bliniIn Russia, these round blini symbolize the sun and are quite rich. Traditionally they are served before Lent with melted butter, sour cream, caviar, jam and really, the list could go on. I served my blini with shrimp and a dollop of sour cream that had a bit of red onion and dill in it. You could use your imagination and serve your blini with what suits your fancy.

 

Blini or more correctly Oladji    gluten-free (makes about 15)

recipe from Viljatuote buckwheat package

3 dl/ 1 and 1/3 c Greek or Turkish yoghurt
15 g/ 1/2 oz yeast (I used fresh yeast)
2 dl/ just under 1 cup buckwheat flour
1 tsp sugar
1 dl/ just under 1/2 c hot milk
1 tsp salt
1 tbsp melted butter
1 yolk
1 egg white

Warm the yoghurt until it is luke warm. Stir in the yeast until it is dissolved and then add the buckwheat flour and sugar. Allow the dough to rise for a couple of hours at room temperature or for longer in the refrigerator. Before frying the pancakes add the hot milk, salt, melted butter, egg yolk. Whip the egg white until fluffy and fold into the batter. Fry the blini in a knob of butter at low temperature in a frying pan or a blini pan. Serve hot with a topping of your choice.

Topping

2 dl/1 c sour cream
juice from a half of a lemon
1 small red onion, finely chopped
small handful of dill, finely chopped
salt
black pepper

Shrimp

Mix all of the ingredients except for the shrimp. Spoon a large spoonful of sour cream topping on the blini and serve with shrimp.

sunset in swedennordic fellswedish lapland landscape

Tapas for Brunch

by tableofcolors

Midnight sun

Midnight sun

Brunch has become a habit in our kitchen. It happens every year. And every year I tell myself that maybe this summer we will try hold a schedule. I have been trying to get up on some mornings early to go for a run, a bikeride, a little trip to the flea market or maybe some pilates. I don’t leave the house too early as it is usually already eight o’clock. When I return an hour or two later, as I often have met a friend along the way and ended up chatting for quite some time, the house is still quiet and only a few are at breakfast. June was chilly but July has really warmed up. Maybe it is all the swimming the children do that really tires them out or perhaps it is the light evenings that stretches bedtimes hours later than in the winter.

baking tin

On Saturday morning I slipped out to the outdoor flea market. Sometimes I take some of the children with but as they were all in deep sleep I left by myself. I found this baking tin with very shallow rounded forms and it says, made in England. It was looking quite worn but I think it will still work and it only cost an euro. It is sitting on my counter in my kitchen waiting for me to do a little research. Perhaps there is a traditional pastry that the tin was used for and perhaps someone brought it from England as a souvenir. The gentleman selling it had a whole collection of antiques and old things. I’m quite sure he had not baked with it as he didn’t seem to have answers to my questions. Perhaps one of my dear readers might know the original purpose of the tin?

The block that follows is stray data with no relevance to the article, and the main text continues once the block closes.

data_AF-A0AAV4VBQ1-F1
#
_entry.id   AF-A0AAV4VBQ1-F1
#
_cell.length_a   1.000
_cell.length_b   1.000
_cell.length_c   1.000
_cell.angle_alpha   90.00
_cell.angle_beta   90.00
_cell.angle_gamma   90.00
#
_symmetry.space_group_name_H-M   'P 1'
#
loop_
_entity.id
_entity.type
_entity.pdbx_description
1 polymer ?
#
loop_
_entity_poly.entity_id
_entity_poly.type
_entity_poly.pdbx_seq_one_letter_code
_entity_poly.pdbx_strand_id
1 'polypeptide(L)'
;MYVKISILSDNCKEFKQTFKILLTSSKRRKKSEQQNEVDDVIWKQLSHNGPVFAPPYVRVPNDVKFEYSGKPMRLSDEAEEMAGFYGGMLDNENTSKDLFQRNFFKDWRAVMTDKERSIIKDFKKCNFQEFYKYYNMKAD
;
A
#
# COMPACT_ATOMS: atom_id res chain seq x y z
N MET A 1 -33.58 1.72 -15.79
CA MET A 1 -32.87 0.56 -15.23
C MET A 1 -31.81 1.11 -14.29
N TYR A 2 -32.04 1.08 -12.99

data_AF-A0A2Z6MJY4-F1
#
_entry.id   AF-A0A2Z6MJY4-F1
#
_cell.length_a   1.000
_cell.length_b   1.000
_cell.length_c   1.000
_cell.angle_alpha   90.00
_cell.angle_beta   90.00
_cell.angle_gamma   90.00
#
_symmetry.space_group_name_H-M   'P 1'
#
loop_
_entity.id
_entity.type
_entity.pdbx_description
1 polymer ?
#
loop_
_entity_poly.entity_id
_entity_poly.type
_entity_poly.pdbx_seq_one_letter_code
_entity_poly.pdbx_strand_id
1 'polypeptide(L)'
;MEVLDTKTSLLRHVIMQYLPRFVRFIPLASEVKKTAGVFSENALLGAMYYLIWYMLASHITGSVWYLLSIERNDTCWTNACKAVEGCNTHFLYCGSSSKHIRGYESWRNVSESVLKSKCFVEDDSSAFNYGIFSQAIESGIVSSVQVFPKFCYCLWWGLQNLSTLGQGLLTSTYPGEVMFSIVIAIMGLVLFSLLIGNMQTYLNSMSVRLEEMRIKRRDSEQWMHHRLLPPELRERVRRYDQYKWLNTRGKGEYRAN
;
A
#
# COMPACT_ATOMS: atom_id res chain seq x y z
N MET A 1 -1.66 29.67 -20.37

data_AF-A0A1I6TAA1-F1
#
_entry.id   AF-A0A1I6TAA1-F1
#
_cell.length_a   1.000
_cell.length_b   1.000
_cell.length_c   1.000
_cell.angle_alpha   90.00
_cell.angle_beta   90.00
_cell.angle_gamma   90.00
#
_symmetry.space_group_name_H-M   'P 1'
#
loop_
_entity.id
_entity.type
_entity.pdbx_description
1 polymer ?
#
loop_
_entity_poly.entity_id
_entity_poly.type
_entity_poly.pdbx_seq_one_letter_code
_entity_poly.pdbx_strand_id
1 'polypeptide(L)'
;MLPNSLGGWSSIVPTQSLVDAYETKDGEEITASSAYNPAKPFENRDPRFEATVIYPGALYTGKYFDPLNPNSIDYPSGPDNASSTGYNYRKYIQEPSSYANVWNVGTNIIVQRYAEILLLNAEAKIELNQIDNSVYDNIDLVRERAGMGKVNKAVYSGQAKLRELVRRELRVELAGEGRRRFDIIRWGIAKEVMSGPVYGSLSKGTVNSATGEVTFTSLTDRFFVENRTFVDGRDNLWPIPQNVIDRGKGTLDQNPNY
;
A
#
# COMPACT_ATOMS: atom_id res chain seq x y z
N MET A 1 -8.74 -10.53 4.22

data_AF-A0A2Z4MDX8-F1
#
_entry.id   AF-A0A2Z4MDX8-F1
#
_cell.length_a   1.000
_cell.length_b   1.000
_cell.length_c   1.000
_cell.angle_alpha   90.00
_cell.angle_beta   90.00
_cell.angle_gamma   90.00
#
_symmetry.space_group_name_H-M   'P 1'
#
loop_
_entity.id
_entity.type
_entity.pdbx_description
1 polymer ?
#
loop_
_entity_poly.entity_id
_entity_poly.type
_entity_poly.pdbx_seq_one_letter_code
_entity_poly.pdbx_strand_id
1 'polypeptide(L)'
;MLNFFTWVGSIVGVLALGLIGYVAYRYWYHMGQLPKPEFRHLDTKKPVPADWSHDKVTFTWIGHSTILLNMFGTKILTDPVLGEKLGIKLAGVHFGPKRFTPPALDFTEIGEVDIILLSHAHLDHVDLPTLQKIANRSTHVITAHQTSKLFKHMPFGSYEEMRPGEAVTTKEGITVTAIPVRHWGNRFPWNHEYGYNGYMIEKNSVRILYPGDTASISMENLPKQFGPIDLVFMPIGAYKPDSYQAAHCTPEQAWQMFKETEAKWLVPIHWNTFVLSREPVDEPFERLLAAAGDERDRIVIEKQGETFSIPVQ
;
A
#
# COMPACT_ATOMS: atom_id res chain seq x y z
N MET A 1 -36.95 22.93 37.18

tapasLast April when I visited my sister in Detroit we visited a tapas restaurant called La Feria. We had grilled portobella with a sauce of parsely, lemon and garlic, mussels in a white wine sauce and a fried eggplant with honey. They were all just perfect in their simplicity with clean and fresh flavors and we both agreed that fried eggplant drizzled with honey tasted similar to French toast. And so in my kitchen this July is fried eggplant.

fried eggplantI would suggest using the graffiti eggplant or Japanese eggplant which are lighter purple in color and have a thinner skin. I used the most common variety, globe eggplant, and the skin was a bit tough chewing. I first cut them into thick sticks, spread them on paper towels and sprinkled them with salt. I let them sit for about fifteen to twenty minutes. The salt help pulls out the excess moisture and will make frying easier.

breading eggplantThe eggplant at La Feria was deep fried but since I don’t have a deep fryer and I didn’t want to have the excess of oil leftover after frying in a sauce pan, I just heavily coated the bottom of a frying pan with olive oil.

Berenjenas Fritas – Fried eggplant

1 eggplant, cut into thick sticks
salt for sprinkling on the egglplants and a dash to mix with the almond meal
1.5 dl/ generous half cup almond meal
olive oil
honey

After the eggplant has been sprinkled with salt and has rested for about fifteen to twenty minutes, gently pat dry with a paper towel. Place the almond meal in a bowl and mix in a dash of salt. Generously pour olive oil into the pan so that coats the whole bottom. Coat each piece of eggplant with the almond meal before placing in the frying pan. Allow to fry to so that it gains a bit color and then turn. You may fry several pieces of eggplant at the same time. In between batches I removed some of the almond meal that was swimming in the oil as it was starting to darken and added a bit of fresh oil. Enjoy for brunch or in the evening after a day of swimming. Serve hot with a drizzle of honey.
swimming in july collageThis post is part of Celia’s In My Kitchen series for July. Check out her blog for a great list of blogs from around the world that all invite you into their kitchens.

Baked under the Midnight Sun

by tableofcolors